Writing a Memoir: The Ultimate Selfie →
Apparently, it’s simple. You flip the camera on your phone, extend your arm and snap away. It’s not so easy for me. It takes practice, a long arm and a certain degree of confidence.
Whether you love them or hate them, avoid them or post them, selfies are here to stay. ‘Selfie’ was even selected as word of the year for 2013 by Oxford Dictionaries.
Selfies are also getting a lot of flak. People who post a lot of selfies have been accused of alienating people. They are said to be shallow and have low self-esteem because they need constant approval and are prone to superficial relationships. The selfie-obsessed seem to be down-right narcissistic. Some people go so far as to call them mentally ill. (Daily Mail)
On a more positive note, they are considered empowering. They give you an opportunity to express yourself and to show pride in your appearance. They can boost your confidence, but then you should guard against becoming dependent on the opinions of others. It also allows you to control your image. (TeenVougue)
Why selfies are like writing memoirs
"My favourite part about being a writer is being totally lost inside a story, so immersed that your fictional life overtakes your real one. I love the madness of that, when the story is pouring out and you feel this crazy urgency to get it down before you lose it. It’s totally euphoric, and yes, completely wacko. I also love playing with words, fiddling endlessly. I like to kind of just stare zombie-like at my computer screen for days living inside a particular sentence or scene or section trying to make it better, to bring it to life."
"Writing is a border town between experience, imagination, and understanding. Borders are wild and unstable places so it’s a good idea to be as centered as possible when visiting them. The reasons writers often surround their writing time with rituals such as jumping rope, making coffee, or rearranging piles of paper is that these are ways to prepare for the trip."
"I think writing is a process that starts long before the writers are actually writers and probably goes on long afterward. It’s rather like the way the Arabs weave rugs. They don’t stop. They just cut them off at a certain spot on the loom. There is no particular beginning or end."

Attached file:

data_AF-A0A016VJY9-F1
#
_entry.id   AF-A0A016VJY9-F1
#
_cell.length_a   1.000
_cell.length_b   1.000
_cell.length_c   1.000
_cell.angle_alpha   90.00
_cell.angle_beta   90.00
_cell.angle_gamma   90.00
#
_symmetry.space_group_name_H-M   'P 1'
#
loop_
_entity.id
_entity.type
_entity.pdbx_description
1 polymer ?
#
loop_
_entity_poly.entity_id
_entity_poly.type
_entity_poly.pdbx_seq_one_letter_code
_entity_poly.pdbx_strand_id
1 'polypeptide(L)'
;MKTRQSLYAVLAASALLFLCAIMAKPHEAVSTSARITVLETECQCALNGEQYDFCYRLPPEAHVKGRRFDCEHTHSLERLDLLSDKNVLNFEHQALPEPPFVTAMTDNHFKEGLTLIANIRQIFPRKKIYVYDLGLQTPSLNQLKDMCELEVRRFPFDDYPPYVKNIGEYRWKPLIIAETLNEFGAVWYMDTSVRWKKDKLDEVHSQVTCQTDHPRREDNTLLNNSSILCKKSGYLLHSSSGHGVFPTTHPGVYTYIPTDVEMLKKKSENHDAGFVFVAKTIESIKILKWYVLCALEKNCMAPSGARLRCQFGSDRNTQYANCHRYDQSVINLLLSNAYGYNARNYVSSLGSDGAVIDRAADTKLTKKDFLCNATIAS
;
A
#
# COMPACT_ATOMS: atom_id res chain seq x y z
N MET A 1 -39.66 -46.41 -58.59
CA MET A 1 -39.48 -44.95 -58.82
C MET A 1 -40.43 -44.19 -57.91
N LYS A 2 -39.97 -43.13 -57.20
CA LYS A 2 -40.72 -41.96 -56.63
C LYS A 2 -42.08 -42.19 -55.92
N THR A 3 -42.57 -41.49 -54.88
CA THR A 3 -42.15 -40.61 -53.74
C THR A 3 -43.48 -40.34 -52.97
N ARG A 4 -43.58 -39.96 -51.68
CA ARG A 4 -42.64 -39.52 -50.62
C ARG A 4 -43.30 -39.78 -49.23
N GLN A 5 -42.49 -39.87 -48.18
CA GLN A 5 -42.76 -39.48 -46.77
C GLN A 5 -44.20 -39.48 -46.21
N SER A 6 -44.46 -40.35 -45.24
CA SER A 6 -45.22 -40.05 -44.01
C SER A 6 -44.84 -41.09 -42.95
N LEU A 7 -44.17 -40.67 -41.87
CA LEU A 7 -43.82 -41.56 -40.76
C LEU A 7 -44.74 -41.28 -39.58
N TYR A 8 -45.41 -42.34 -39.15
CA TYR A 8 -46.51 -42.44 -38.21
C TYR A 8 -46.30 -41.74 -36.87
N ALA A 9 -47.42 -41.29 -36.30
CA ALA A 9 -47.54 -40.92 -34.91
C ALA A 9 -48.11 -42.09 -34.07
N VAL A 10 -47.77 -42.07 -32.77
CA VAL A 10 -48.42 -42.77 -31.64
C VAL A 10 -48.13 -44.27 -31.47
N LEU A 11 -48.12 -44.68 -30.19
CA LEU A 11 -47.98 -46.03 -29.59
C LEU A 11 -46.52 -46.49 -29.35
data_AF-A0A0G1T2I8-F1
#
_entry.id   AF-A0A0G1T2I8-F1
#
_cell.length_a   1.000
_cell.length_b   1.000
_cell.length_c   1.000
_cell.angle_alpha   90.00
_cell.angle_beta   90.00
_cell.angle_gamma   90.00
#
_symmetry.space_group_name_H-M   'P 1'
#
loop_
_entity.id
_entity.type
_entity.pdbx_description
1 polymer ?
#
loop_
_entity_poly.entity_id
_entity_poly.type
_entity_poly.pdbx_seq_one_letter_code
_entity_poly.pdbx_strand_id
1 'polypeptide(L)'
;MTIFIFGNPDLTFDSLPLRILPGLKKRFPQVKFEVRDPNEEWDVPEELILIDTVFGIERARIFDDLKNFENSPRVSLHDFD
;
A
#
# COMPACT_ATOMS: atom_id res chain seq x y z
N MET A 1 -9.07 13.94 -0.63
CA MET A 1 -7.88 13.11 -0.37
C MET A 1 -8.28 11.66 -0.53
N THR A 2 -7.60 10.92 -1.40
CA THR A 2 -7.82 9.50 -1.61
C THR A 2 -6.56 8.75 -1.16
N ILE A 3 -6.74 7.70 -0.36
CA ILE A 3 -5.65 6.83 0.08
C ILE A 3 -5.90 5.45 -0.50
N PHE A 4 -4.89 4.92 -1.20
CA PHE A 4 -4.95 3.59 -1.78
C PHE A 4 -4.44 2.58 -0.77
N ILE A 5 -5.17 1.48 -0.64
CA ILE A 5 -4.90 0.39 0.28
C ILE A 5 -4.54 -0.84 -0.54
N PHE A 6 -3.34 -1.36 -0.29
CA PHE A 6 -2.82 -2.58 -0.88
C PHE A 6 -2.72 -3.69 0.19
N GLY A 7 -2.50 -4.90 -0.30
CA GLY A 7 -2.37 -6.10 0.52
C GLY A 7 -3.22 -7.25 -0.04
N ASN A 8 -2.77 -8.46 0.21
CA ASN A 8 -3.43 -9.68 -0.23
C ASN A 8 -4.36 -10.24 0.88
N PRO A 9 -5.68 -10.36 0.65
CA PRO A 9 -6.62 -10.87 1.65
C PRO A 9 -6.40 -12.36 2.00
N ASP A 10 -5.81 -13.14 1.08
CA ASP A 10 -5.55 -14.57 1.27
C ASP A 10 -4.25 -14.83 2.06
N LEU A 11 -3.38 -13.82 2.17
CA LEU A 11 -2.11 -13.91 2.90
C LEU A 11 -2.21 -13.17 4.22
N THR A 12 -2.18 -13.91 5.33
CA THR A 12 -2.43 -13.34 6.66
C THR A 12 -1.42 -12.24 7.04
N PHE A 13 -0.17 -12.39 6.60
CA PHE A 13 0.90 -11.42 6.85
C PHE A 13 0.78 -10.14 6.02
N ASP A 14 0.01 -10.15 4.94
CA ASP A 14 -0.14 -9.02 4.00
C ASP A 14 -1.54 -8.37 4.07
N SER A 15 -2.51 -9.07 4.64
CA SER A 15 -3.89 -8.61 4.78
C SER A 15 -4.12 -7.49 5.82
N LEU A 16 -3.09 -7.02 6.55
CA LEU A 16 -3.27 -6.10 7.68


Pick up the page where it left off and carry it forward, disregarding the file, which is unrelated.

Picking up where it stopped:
"The only way you can truly get to know an author is through the trail of ink he leaves behind him. The person you think you see is only an empty character: truth is always hidden in fiction."
Carlos Ruiz Zafón
#Carlos Ruiz Zafón
19 Surprising Rules Copyeditors Used to Enforce →
1. Don’t use “beat” for “defeat”
2. Don’t use “call attention” for “direct attention”
3. Don’t use “conclusion” for “close” or “end”
4. Don’t use “decade” for “ten years”
5. Don’t use “donate” at all
6. Don’t use “collided” at all (it’s now acceptable to use “collided,” but only if both objects are in motion)
7. Don’t use “fall” for “autumn”
8. Don’t use “graduates” for “is graduated”
9. Don’t use “hardly” for “scarcely”
10. Don’t use “issue” for “question” or “subject”
11. Don’t use “leniency” for “lenity”
12. Don’t use “notice” for “observe”
13. Don’t use “pants” for “pantaloons”
14. Don’t use “prior to” for “before”
15. Don’t use “progress” for “advance”
16. Don’t use “reliable” for “trustworthy”
17. Don’t use “retire” as an active verb
18. Don’t use “sensation” for “noteworthy event”
19. Don’t use “taboo” at all
"The pen will never be able to move fast enough to write down every word discovered in the space of memory. Some things have been lost forever, other things will perhaps be remembered again, and still other things have been lost and found and lost again. There is no way to be sure of any this."
One habit every writer must have →
A day in details.